Commission Form of Government

Back in the late 1800's, many large cities in our country reported corruption within the local government level.  Over time, reform groups organized and began to experiment with new forms of city government in hopes of ending the corruption. In 1900, after a natural disaster left Galveston, Texas to completely rebuild, citizens formed a commission form of government to insure that corruption would not hinder their efforts.

The Commission form of government was extremely successful at reviving Galveston.  As word spread of Galveston's experience under the commission form of government, the city received hundreds of inquiries on how to follow in its footsteps.

On April 25, 1911, New Jersey Governor Woodrow Wilson signed the Walsh Act, permitting municipalities to adopt a non-partisan form of government. (Non-partisan: free from party affiliation).  The commission form of government became an optional form for all of New Jersey's municipalities. Nutley adopted the commission form of government in May 1912.  At that time, the salary for Commissioners was set at $1,600 per year, with the Mayor receiving $2,000.  The paramount philosophy of the law was to promote efficient government upon the premise that it would be better induced by holding members of the commission to an individual responsibility rather than party responsibility.  Presently, Nutley is one of 32 municipalities utilizing this form of government.

Under the Walsh Act, the Board is composed of 3 or 5 members depending on the size of the municipality.  Nutley's population warrants a five member board and each commissioner serves as a department head for one of the following departments: Department of Public Affairs; Department of Public Safety; Department of Public Works; Department of Parks and Public Property; or Department of Revenue and Finance, with each having complete control over the executive, administrative, judicial and legislative powers over their independent.  In three-member commissions, the Department of Public Affairs and Public Safety are combined as are the Department of Public Works and Parks and Public Property.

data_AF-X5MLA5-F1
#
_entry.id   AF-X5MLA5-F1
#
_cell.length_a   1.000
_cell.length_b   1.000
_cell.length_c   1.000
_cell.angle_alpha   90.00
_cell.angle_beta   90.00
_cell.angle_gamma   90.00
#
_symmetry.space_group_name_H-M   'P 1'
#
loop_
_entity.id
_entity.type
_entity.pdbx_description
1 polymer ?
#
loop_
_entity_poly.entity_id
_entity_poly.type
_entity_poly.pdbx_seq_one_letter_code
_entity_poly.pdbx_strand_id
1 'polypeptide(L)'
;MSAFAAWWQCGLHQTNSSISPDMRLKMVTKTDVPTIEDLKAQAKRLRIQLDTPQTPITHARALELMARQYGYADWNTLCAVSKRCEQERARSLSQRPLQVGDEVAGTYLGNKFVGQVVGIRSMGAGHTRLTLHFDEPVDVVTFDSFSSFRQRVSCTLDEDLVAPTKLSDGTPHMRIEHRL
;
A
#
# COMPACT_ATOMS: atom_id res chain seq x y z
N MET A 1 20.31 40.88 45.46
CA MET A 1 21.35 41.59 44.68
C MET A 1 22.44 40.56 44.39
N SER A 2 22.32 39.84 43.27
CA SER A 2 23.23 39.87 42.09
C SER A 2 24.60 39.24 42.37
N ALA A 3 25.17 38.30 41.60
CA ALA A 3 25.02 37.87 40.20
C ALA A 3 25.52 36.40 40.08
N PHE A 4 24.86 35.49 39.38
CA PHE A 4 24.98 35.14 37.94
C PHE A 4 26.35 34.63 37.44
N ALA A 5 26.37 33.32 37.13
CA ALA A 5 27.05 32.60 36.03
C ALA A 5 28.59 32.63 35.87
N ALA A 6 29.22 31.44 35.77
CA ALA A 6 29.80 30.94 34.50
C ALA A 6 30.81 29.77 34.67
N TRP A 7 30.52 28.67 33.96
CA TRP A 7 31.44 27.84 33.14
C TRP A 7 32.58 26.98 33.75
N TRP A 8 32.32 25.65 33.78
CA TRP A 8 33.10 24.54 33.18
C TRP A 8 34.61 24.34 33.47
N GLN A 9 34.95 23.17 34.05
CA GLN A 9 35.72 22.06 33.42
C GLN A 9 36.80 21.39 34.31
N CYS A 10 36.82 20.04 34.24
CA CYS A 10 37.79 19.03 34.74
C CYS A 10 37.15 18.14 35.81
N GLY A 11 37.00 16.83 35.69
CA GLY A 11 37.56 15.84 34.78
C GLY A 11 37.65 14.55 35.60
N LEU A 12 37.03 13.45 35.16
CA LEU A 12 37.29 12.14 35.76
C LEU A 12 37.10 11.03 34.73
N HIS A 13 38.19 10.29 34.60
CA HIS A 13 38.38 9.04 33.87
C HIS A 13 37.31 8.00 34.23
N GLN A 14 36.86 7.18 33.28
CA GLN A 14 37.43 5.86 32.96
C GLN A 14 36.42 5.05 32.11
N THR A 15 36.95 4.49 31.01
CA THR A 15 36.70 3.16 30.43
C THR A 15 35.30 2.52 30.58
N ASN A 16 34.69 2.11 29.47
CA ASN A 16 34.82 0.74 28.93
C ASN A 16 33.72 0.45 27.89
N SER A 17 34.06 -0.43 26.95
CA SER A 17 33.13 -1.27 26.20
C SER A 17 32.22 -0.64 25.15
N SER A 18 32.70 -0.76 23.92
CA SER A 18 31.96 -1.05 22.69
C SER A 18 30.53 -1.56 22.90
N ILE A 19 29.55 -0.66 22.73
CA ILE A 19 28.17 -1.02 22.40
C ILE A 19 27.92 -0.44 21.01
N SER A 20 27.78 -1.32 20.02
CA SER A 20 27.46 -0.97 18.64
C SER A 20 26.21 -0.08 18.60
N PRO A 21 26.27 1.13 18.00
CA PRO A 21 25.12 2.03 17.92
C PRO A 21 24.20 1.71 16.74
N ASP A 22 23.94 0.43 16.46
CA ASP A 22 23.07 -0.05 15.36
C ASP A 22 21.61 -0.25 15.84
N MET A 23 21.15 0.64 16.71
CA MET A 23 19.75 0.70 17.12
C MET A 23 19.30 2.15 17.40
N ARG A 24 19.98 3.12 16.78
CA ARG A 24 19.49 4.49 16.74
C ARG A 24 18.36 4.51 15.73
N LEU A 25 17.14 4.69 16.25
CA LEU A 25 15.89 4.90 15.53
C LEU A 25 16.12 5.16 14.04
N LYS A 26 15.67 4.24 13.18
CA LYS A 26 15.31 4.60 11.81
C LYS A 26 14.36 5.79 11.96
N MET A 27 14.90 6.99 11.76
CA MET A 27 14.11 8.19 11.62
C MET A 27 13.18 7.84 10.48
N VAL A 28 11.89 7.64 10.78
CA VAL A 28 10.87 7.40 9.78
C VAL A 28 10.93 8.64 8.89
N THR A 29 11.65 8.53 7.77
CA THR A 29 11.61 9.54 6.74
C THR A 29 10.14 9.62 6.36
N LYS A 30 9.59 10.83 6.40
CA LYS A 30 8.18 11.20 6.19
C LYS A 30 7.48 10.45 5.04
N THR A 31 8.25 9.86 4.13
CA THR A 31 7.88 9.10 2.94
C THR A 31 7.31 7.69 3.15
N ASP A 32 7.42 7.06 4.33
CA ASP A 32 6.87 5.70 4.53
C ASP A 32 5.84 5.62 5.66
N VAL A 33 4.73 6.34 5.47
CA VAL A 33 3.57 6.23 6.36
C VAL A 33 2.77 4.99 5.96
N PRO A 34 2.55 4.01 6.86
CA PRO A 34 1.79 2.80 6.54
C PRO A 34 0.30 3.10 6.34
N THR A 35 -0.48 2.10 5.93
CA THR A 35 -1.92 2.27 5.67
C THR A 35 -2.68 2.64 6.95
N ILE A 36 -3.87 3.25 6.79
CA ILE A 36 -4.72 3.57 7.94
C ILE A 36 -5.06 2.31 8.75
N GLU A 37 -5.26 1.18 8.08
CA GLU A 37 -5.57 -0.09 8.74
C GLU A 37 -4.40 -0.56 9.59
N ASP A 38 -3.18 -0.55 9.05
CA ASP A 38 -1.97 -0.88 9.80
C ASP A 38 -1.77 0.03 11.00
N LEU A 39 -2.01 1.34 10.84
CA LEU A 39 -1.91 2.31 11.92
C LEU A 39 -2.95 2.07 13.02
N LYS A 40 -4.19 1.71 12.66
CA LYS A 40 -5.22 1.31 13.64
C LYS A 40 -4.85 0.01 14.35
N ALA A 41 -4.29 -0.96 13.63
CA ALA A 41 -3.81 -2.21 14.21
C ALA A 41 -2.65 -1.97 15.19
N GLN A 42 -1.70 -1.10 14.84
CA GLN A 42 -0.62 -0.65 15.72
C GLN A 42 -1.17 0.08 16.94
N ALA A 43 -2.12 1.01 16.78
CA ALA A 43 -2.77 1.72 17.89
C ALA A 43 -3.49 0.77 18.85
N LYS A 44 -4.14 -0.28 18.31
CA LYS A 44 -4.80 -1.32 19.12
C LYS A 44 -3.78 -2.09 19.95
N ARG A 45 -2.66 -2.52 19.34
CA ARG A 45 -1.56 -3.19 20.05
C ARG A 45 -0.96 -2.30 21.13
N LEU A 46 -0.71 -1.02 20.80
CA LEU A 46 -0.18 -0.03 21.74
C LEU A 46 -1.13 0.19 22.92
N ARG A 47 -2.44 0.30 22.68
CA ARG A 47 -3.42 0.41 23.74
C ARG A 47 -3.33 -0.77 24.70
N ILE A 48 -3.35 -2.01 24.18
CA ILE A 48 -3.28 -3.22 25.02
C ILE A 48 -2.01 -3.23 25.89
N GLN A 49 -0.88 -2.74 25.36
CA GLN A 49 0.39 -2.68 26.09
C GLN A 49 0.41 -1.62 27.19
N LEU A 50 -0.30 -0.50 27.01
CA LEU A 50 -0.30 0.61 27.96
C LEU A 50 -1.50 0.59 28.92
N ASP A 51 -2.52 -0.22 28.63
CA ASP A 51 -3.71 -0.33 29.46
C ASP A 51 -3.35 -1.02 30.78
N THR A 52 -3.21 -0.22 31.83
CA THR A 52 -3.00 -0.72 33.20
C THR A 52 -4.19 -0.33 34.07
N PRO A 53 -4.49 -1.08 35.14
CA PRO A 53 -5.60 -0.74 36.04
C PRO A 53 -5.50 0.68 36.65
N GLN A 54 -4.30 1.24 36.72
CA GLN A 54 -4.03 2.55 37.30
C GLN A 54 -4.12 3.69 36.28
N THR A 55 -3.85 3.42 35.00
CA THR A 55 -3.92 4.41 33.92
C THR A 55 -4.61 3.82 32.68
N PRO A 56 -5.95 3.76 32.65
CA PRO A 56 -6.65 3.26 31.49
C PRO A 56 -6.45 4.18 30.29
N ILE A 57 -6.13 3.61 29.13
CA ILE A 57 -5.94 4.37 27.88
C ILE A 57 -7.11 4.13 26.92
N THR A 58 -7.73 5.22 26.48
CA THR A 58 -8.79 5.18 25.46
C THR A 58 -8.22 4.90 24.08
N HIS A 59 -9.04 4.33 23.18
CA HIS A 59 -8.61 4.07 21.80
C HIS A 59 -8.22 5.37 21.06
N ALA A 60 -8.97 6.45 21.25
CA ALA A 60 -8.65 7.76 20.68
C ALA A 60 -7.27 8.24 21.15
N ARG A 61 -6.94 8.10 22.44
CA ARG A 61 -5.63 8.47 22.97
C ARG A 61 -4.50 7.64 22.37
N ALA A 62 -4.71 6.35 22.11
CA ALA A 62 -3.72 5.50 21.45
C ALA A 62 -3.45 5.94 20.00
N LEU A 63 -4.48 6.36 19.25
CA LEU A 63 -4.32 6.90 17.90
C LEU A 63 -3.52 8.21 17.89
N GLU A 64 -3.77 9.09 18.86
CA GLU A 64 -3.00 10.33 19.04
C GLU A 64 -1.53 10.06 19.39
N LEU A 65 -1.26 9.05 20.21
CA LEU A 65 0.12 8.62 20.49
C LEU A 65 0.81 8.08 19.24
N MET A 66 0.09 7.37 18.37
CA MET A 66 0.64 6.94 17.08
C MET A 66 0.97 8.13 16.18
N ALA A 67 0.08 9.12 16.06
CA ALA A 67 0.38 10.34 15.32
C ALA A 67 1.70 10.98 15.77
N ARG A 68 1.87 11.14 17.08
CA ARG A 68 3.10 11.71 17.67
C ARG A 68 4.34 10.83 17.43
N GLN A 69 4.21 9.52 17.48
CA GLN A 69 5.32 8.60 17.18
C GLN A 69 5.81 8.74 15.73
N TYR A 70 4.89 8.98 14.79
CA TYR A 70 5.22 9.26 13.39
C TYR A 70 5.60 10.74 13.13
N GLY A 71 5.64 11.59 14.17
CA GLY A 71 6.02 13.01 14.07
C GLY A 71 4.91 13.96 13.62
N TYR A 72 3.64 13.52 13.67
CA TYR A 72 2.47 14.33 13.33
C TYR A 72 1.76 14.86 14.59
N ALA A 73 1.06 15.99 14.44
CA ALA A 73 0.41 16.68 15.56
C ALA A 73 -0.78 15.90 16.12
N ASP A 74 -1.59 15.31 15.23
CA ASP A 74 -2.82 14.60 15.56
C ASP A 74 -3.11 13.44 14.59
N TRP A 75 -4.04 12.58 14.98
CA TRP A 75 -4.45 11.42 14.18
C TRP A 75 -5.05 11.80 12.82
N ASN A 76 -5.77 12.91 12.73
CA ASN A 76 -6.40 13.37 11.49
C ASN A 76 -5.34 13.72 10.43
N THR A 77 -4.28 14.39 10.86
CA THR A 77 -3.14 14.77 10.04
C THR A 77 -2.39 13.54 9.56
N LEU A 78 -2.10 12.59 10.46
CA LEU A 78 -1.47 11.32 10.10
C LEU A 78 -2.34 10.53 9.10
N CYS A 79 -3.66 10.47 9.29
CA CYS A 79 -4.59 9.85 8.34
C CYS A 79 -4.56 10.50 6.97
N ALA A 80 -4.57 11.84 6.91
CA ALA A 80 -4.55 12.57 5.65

The Commissioners function as the legislative authority of the municipality. They are elected at-large in nonpartisan elections to serve concurrent four-year terms. The mayor is selected from among the Commissioners (often the one who received the most votes), makes most of the key appointments and has a vague, often undefined, supervisory authority.

The salary for Commissioners today is $2,250 per year, with the Mayor receiving $2,700.

Types of New Jersey Municipal Government

All 565 municipalities in New Jersey, regardless of their form of government, can be classified as belonging to one of five types of municipal government: 1) Borough 2) Township 3) City 4) Town 5) Village.

Forms

All 565 New Jersey municipalities, regardless of type, can be classified under one of the 12 forms of government:

1) Borough (220) 7) Council-Manager Act of 1923 (7)
2) Township (144) 8) OMCL Mayor-Council Plan (66)
3) City (15) 9) OMCL Council-Manager Plan (40)
4) Town (8) 10) OMCL Small Municipality Plan (19)
5) Village (0) 11) OMCL Mayor-Council-Administrator Plan (2)
6) Commission (33) 12) Special Charters (12)

For additional information about the Commission Form of Government please visit the New Jersey League of Municipalities  website.